Isaac Bailey (commerical photograher from Phoenix, Arizona) lies on the
mass of soft grass bedding in the rear of the cave he discovered during
the BFRO's first Arizona Expedition (April, 2006).
Isaac found the cave below the lip of an 8000 foot plateau, near where
a retired Phoenix police officer and his wife reported seeing a sasquatch
walking down a mountainside in July 2005. That incident was reported to
local rangers immediately after it happened. The rangers investigated
the area on the following day, and found, and cast, 20" sasquatch
tracks, which they showed to some of the expedition guides.
The casts and circumstances were impressive enough for the expedition
group to focus on this portion of the Mogollon Rim during the expedition.
In the photo Isaac is seen lying on the soft grass bedding that covered
the floor of the rear half of the cave. The bedding covered an area the
size of 3-4 king size beds. The grassy bedding was soft and comfortable,
and was roughly 1 foot deep from wall to wall.
This cave is nearly 40 feet deep, 10 feet wide, and 7 feet high at the
entrance. It tapers quickly to a height of 4 feet and maintains that height
nearly to the back of the cave.
This cave was not created by the flow of water, and it is distinctly not a lava tube.
Both the floor of this cave and the roof of this cave were noticeably
different from other cave/overhang formations in the same strata along
the canyon rim. As noted by a geologist attending the expedition, the
floors of the other caves/overhangs along the canyon were covered with
jagged rocks that had fallen from the ceiling. By striking contrast, in
this cave, dirt had been brought in and spread across the floor, filling
in the gaps between the jagged rocks, to make the floor flat and easier
to crawl across. Some large rocks had been moved to the sides to create
a crawl channel for the first 20 feet or so.
The ceilings of the other caves/overhangs under this plateau rim showed
the flat, natural contours of the rock layers. Whereas, this cave had
a gouged, arched ceiling. Most of the protruding pieces of rock had been
systematically chipped off the ceiling at some point in the past.
The ceiling was not shaped by the forces of erosion. Nor was it created
by miners. Shafts created by miners are easy to identify. The rock walls
of mines inevitably show markings of the tools used to pick or bore through the
rock. The walls of this cave showed no such markings.
The rock layer of the plateau was not
solid. It was fractured rock that could be chipped away in chunks by pounding against it with another rock.
Why go to the trouble of chipping out a cave when other, naturally formed,
cave-like overhangs were less than a quarter mile away?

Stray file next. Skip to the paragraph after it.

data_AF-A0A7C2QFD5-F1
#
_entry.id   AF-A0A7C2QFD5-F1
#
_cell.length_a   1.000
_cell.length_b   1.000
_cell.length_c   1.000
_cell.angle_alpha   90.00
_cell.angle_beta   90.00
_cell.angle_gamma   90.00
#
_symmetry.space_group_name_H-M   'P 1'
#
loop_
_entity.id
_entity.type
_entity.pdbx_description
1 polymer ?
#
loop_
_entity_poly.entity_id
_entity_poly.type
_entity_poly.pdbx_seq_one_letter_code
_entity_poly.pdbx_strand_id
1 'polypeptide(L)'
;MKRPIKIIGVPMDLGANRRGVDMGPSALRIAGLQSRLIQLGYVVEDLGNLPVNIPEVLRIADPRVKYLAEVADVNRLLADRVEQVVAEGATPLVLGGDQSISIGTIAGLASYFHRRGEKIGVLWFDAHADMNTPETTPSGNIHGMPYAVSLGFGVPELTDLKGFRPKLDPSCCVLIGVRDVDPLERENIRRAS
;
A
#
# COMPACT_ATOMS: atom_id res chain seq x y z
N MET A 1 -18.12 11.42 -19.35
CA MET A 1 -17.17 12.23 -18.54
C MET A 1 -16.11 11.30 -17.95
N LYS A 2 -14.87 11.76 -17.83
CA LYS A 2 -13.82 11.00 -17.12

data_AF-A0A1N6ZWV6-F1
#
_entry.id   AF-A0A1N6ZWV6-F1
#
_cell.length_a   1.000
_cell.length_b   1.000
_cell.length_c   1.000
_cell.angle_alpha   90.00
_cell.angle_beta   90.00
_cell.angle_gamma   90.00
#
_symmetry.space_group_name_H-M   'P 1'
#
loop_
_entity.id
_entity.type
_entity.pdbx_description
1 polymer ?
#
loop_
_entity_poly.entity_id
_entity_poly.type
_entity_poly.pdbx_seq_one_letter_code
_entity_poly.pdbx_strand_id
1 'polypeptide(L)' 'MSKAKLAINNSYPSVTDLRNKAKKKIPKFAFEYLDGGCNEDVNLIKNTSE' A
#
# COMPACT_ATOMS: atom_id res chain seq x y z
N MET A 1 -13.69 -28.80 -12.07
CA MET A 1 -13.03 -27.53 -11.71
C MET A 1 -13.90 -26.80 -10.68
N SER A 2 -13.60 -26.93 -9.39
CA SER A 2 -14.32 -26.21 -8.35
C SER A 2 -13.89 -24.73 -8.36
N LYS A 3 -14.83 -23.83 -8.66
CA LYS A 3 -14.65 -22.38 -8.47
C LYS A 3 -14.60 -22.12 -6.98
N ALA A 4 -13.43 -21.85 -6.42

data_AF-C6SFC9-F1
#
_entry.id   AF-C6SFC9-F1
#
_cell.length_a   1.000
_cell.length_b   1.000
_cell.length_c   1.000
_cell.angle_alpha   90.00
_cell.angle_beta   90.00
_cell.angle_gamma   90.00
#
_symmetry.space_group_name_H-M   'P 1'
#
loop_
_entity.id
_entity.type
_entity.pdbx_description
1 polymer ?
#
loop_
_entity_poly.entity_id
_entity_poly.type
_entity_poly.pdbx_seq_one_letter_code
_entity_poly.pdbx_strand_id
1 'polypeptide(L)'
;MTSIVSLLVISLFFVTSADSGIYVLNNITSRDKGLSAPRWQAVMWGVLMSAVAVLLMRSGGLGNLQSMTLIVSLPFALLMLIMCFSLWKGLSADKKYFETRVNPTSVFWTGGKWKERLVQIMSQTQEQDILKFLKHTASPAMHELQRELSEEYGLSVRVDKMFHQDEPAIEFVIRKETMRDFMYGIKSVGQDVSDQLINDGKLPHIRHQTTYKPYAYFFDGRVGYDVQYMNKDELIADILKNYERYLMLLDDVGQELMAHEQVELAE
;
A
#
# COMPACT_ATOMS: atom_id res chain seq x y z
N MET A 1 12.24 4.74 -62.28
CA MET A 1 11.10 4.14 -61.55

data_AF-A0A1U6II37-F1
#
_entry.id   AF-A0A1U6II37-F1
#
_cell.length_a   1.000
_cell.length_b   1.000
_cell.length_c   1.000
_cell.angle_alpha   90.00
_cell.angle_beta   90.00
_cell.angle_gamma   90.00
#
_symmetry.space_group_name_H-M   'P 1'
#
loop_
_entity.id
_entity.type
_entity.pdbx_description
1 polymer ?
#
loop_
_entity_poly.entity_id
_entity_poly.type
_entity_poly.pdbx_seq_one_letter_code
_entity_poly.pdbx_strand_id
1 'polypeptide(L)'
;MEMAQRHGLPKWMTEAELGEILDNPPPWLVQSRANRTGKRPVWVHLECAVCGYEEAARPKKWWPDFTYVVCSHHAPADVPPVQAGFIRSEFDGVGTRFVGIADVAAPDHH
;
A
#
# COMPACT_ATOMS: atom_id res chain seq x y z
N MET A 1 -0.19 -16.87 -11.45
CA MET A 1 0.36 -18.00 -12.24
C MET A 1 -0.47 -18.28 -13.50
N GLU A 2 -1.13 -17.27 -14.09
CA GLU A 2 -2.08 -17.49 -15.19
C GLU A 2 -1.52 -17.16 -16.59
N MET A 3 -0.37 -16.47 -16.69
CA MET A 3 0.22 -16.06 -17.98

Possible answer: Not far from the entrance of the cave there are rock
outcroppings that afford a commanding view of the confluence of three
canyons used by migrating elk herds.
A different cave in the upper portion of the same canyon as Isaac's
This other cave was different in several respects from Isaac's
A few of the differences:
- It was clearly formed by natural erosion.
- It was more exposed to view from the creek below.
- It did not have a commanding view of the confluence of elk canyons.
- There was nothing inside to suggest that was used for habitation
This photo taken on the second day of the BFRO's 2006 Arizona
expedition by Jerry Hermann (BFRO - Oklahoma).
In Isaac Bailey cave there was nothing to suggest human use, ever. There
was no writing on the rock walls, no trash, no evidence of fire, either
inside or anywhere around the cave. There was no carbon soot on the walls.
The total lack of carbon soot indicated that it was probably never used
by native Americans. Fire soot on a dry cave ceiling will remain for hundreds
of years, if not thousands of years.
There were no bones in the cave.
A few bags of the grass bedding were removed from the cave
and will be examined for hairs by an accomplished paleontologist from
north-central New Mexico who attended the expedition.
We suspect the cave is used mainly in the warmer months. It was above
the snow line in early April. There was no indication of current usage
in early April, and it is situated below the lip of a plateau that is
frequented by large herds of elk in the summer, when the grass is plentiful.
A professional wildlife biologist from northeast Arizona examined the
cave. She concurred that the bedding appeared to be prepared by something
with hands, and not gathered by any known animal, including bears or wood
rats. She elborated on the differences between this accumulation of grass
and a wood rat's nest.
The cave overlooks a canyon. Across the canyon there is a vantage point
that will allow for monitoring of the cave with telephoto lenses in the
Those who participated in this expedition are encouraged to coordinate
periodic monitoring of this cave, from a safe distance, during the summer.
You are invited to attend the upcoming